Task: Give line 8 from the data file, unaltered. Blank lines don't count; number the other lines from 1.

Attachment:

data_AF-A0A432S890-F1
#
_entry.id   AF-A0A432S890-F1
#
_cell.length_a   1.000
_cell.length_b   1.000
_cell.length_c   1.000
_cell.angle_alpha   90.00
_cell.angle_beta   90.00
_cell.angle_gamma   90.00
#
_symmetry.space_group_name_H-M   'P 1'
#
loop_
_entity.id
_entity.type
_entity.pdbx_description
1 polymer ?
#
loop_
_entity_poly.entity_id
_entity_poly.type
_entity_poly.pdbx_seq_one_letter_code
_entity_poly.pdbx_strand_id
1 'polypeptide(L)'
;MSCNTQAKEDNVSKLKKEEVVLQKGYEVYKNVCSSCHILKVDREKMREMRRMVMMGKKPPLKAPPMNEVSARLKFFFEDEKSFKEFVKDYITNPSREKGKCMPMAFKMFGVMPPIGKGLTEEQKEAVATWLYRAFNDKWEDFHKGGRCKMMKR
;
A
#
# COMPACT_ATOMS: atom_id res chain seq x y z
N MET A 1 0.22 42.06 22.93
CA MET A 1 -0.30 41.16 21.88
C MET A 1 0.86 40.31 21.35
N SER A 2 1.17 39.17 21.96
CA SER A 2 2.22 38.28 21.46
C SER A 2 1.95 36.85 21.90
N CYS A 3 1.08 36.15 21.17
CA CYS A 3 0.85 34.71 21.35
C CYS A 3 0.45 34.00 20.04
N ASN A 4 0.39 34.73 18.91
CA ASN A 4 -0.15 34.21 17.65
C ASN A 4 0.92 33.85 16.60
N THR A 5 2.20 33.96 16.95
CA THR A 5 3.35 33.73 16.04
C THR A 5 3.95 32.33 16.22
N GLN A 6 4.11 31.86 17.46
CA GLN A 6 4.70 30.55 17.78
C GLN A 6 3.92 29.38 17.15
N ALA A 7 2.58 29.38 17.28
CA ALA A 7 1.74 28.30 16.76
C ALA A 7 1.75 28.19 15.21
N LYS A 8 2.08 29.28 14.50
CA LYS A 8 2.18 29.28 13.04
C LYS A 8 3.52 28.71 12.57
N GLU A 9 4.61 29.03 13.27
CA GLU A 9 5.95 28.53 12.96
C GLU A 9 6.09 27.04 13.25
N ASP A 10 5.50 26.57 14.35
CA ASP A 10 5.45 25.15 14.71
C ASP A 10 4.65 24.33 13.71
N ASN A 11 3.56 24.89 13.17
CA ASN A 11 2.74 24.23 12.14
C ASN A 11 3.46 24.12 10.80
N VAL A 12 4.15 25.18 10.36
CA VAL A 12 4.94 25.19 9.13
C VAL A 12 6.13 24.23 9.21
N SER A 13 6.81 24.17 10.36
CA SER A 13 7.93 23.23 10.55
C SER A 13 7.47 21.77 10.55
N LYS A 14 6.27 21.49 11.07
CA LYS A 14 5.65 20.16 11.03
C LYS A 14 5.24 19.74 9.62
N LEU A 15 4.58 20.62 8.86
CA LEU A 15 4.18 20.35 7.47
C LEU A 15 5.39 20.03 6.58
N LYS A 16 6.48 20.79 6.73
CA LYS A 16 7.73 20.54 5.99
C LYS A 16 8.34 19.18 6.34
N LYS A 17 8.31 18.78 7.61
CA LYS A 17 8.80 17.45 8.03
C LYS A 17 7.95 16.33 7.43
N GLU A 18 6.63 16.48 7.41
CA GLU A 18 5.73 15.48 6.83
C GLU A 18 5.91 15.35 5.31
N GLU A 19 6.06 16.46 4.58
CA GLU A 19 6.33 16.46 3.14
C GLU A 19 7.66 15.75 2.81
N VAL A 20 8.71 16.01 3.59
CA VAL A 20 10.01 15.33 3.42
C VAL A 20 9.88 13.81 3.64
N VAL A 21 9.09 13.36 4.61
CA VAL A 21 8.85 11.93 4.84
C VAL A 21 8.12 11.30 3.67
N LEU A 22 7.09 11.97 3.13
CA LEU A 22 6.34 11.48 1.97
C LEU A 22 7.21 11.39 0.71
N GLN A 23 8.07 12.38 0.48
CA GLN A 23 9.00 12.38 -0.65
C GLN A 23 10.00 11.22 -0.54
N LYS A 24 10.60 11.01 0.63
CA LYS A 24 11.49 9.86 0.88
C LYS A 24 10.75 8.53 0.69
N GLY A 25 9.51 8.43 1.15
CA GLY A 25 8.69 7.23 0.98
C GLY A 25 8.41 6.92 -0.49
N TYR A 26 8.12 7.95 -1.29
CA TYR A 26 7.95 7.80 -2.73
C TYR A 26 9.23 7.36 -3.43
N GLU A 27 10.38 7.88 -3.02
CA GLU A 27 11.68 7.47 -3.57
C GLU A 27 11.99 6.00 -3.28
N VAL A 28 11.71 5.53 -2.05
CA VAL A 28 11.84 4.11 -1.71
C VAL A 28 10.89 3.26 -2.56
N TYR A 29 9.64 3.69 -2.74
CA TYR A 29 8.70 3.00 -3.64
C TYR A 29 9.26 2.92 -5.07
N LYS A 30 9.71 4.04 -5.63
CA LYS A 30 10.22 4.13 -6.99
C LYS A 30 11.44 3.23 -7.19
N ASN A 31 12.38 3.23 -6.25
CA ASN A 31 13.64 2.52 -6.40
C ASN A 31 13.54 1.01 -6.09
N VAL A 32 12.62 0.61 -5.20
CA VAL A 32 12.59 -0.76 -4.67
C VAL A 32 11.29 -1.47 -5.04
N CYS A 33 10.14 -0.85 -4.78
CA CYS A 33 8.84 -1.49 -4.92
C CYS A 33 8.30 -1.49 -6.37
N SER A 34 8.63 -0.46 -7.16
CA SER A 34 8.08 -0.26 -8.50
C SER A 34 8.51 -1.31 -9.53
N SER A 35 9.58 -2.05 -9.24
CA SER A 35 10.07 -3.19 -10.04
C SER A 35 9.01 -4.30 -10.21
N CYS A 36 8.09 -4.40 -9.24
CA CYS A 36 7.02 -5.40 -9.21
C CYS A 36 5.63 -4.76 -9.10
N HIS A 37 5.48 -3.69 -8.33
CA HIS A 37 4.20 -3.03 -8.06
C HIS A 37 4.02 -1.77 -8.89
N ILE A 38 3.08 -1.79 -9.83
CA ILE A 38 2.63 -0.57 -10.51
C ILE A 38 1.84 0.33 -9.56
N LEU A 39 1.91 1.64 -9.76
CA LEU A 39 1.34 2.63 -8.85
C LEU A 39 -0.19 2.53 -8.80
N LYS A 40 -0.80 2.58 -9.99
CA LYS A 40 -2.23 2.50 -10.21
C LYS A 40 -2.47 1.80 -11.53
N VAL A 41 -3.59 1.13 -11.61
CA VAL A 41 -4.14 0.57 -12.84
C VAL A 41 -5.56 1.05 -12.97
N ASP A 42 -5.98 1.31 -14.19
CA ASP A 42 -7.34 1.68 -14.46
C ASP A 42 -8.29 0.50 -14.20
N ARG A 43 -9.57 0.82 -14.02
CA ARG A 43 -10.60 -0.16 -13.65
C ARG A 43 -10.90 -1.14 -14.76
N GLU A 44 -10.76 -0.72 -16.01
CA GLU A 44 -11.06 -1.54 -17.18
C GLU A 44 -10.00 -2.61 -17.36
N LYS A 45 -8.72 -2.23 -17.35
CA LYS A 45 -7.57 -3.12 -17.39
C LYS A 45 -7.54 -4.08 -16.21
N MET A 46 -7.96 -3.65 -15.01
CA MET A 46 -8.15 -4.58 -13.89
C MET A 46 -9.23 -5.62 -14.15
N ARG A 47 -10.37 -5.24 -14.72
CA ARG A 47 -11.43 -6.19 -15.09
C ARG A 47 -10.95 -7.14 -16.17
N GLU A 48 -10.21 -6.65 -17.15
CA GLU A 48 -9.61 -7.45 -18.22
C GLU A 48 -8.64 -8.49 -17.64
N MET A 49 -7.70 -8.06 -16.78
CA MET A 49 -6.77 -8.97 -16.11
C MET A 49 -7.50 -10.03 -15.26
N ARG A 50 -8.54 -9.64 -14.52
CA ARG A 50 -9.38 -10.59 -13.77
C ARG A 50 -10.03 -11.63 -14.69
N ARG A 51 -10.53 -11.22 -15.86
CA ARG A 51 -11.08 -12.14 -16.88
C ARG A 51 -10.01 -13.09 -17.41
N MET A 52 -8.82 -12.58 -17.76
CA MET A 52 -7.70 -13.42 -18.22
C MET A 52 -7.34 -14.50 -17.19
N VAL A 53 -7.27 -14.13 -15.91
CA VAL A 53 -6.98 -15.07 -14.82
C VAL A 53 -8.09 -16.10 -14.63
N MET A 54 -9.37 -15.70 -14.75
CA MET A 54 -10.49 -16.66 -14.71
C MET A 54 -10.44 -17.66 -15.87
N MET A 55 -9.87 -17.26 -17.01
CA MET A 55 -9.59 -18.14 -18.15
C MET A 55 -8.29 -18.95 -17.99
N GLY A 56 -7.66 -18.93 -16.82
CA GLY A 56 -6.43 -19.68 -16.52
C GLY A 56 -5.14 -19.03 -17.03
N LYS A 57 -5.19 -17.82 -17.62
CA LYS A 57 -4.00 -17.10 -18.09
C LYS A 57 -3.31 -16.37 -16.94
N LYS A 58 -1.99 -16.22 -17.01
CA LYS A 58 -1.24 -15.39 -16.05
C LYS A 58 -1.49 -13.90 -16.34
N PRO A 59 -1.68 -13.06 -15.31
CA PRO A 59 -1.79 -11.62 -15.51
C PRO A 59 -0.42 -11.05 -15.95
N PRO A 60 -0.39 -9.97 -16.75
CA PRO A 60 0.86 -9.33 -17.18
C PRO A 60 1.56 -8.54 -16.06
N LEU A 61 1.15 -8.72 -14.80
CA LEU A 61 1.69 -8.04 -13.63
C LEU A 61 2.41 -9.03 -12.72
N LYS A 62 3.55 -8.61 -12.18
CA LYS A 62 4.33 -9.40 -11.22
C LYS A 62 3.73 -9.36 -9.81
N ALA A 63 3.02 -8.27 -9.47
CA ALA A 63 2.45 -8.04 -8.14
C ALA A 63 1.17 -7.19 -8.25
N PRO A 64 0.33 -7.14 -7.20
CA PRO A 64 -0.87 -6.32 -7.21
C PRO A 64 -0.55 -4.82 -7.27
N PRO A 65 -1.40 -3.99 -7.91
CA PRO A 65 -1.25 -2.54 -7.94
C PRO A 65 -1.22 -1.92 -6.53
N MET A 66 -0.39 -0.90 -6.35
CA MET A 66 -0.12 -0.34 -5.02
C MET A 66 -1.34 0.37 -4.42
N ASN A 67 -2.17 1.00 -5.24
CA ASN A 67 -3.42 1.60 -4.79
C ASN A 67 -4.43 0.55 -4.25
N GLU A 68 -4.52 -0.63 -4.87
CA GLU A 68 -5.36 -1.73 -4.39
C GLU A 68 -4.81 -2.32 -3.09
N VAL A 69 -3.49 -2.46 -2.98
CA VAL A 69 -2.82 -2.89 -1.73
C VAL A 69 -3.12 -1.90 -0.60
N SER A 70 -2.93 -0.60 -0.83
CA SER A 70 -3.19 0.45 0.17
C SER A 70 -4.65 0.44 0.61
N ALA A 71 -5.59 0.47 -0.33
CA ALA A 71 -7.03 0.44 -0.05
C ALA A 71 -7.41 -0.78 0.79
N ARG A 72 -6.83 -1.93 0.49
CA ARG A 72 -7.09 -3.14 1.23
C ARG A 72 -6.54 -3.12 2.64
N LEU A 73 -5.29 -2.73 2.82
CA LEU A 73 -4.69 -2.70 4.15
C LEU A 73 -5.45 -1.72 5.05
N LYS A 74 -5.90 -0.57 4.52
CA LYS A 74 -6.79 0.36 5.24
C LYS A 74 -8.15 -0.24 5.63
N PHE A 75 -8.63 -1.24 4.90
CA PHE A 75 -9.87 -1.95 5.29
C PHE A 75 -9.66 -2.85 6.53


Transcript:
_cell.angle_alpha   90.00